sir Titus Salt
Sir Titus Salt in roberts Park

And his alpacas, Sir Titus was instrumental in popularizing worsted cloth made with Alpaca.

Saltaire alpacas

And finished the day with a traditional “Yorkshire Rascal”, now where did Eric go…

Enjoying a Yorkshire Rascal

The town is now a recognised World Heritage site, recognising the concept and the architecture. We spent several days just wandering around and left knowing there was still more that we hadnt seen.

Looking eastwards between the mills


We might get to see more of Saltaire next year because a film crew was making a feature for Netflix charting the rise of the Football association.

Not sure which century we’re in

Leeds, a creative city

I think Yorkshire is a very creative county, but there’s art and there’s art. Contemporary art seems to dominate Leeds at the moment, I like to think I’m quite open minded and able to see something good in most things. Sadly a lot of what I saw just made me shudder and laugh at the pretentiousness of it all.  One of Leed’s famous sons is Damian Hirst, (Although he was actually born in Bristol). His work is being showcased across the city this year, but in all honesty I’d rather it wasn’t. One of my favourite phrases is “just because you can, doesn’t mean you should”

“Hymn” by Hirst

But each to his own, you might think differently.  I saw several of the sculptures around town but I don’t consider them worthy of gracing my pages. What I did like about the art in Leeds, is that it is all so accessible. The museums and galleries are free entry and interesting and even though I considered a lot of what I saw a waste of space. I was glad there were no obstacles to me coming back to look closer.  And I will admit I did like the juxtaposition of the sheep in formaldehyde standing in a room full of old oils.

Black sheep with gold horns by Hirst

Funnily enough most people ignored it, whilst I enjoyed watching the people. There was one piece I liked in the Leeds Art Gallery, a human form created by Anthony Gormley. The Brick Man was a scaled down model of the 180 feet version submitted as part of the regeneration for Leeds railway station. It was to be hollow allowing people inside, sadly it didn’t get planning permission.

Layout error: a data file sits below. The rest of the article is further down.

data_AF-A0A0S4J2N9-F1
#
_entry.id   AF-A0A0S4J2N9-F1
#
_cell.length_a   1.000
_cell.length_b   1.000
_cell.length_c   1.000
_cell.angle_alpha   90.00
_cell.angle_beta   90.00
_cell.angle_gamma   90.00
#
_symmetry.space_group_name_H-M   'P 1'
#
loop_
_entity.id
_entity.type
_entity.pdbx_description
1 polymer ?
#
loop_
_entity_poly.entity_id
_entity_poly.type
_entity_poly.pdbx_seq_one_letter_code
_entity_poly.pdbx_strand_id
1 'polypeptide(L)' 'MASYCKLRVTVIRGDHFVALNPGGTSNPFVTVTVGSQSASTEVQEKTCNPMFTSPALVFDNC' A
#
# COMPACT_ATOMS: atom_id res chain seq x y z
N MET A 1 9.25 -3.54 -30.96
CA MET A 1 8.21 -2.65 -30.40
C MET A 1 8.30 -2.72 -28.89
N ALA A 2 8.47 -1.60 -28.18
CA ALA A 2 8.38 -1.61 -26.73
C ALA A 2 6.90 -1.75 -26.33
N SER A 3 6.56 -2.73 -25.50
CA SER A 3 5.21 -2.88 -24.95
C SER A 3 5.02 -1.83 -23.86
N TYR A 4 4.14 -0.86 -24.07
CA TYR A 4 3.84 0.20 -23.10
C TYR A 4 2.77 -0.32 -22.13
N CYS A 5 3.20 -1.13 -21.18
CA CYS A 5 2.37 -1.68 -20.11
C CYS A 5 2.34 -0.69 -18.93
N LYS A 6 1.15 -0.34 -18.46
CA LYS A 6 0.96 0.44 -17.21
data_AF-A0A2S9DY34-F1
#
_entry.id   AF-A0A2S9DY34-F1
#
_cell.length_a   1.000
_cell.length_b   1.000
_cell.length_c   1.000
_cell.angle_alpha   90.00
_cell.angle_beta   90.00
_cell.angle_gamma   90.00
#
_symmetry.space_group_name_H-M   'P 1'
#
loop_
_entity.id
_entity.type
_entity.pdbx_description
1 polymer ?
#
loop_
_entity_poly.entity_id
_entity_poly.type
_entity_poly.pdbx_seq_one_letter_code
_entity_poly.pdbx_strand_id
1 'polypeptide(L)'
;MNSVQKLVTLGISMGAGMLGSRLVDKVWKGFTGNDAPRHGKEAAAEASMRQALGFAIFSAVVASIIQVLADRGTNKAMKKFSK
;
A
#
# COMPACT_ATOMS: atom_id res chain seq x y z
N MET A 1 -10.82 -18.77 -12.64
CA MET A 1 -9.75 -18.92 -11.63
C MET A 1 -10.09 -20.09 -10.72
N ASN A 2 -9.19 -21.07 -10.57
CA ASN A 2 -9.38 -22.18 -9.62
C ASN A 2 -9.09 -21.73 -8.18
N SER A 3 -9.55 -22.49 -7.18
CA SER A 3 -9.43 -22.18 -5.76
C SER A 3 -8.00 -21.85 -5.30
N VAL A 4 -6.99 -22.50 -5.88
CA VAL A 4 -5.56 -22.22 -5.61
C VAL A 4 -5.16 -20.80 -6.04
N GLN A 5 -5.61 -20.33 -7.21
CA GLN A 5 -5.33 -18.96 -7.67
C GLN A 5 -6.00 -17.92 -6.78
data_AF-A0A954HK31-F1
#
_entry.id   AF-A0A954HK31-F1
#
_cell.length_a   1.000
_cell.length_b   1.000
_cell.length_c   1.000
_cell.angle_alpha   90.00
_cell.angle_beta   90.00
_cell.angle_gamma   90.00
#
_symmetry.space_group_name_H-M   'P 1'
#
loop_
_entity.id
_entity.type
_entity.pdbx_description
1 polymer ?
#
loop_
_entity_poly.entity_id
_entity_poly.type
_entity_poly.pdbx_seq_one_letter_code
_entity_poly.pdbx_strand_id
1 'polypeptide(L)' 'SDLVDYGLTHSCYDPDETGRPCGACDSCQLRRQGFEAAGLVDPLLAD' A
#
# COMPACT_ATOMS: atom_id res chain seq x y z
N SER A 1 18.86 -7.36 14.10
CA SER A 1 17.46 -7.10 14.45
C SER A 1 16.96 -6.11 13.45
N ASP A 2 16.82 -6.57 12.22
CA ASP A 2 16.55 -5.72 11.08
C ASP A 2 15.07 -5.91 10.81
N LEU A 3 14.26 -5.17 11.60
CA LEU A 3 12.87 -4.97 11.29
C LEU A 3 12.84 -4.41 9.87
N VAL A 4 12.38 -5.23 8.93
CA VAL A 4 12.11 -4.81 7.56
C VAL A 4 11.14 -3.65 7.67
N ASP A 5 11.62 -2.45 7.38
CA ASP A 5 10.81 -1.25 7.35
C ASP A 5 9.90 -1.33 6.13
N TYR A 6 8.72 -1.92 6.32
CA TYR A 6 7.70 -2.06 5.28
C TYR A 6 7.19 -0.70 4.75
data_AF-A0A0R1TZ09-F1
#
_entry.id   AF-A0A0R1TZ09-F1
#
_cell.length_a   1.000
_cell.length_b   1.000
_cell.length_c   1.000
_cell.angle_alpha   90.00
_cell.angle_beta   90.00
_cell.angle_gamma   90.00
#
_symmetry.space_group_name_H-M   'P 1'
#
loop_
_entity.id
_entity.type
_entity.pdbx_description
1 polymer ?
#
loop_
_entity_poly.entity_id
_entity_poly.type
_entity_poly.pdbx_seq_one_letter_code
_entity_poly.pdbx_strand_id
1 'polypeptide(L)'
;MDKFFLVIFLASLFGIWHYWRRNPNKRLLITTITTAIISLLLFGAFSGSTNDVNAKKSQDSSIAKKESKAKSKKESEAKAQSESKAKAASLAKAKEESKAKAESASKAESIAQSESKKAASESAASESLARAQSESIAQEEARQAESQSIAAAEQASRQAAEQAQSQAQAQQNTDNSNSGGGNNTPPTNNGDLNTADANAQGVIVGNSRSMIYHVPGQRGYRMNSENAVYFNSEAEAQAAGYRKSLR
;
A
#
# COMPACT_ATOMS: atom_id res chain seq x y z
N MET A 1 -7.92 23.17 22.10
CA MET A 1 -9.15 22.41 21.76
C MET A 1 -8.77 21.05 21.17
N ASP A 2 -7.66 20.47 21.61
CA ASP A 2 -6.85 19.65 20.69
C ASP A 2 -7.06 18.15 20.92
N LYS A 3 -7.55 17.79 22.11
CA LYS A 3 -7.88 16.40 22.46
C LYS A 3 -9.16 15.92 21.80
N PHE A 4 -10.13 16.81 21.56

The Brick man by Gormley

Next door to the LAG was the Henry Moore institute which I was really looking forward to seeing. But alas, it was full of installation exhibitions by other artists which left me cold, including a room with 3 trestle tables holding blocks of Shea butter, 2 were “representative”, 1 was “interactive.” I tentatively stuck my finger into the greasy mess and made my mark.. then I went off dutifully to wash my hands before I got a bill for millions for having touched something I didn’t realise was art.

A pile of Shea butter…?

This one, by the way, was one of the artists efforts and not to be touched…..
As I said not all of the art around Leeds was rubbish. This outdoor installation was a representation of flying birds made of of plastic milk bottles. I liked this one.

Flying milk bottle birds

But the very best and most enjoyable were the animated Dinosaurs lurking in various shopping centres for the summer season.

Watch out the dinosaurs have cone to town

Eric and I obtained our Jurassic trail card and dutifully tracked down all five of the monsters and got our stickers and stamps. We like art that is interactive and touchable and these marketing gimmick dinosaurs are no less worthy than Damian Hirsts obscenities. Yet for all my inability to comprehend a lot of what I saw, I still consider our stay in Leeds to have been enjoyable and thought provoking. Having got the ball rolling

I am happy to say I remain open minded and am willing to look at most things.

Arriving in Leeds

We like to think of ourselves as country bumpkins at heart, we love mooring in the middle of nowhere surrounded by wildlife and the incessant birdsong. But oh boy do we get a buzz when we enter a big city, and Leeds was to prove no different. Canals by their nature, being part of the industrial transit system, tend to occupy the backwaters of most locations. There’s always dereliction, but sometimes  regeneration and always graffiti. But not all graffiti is offensive. And this was our welcome into Leeds.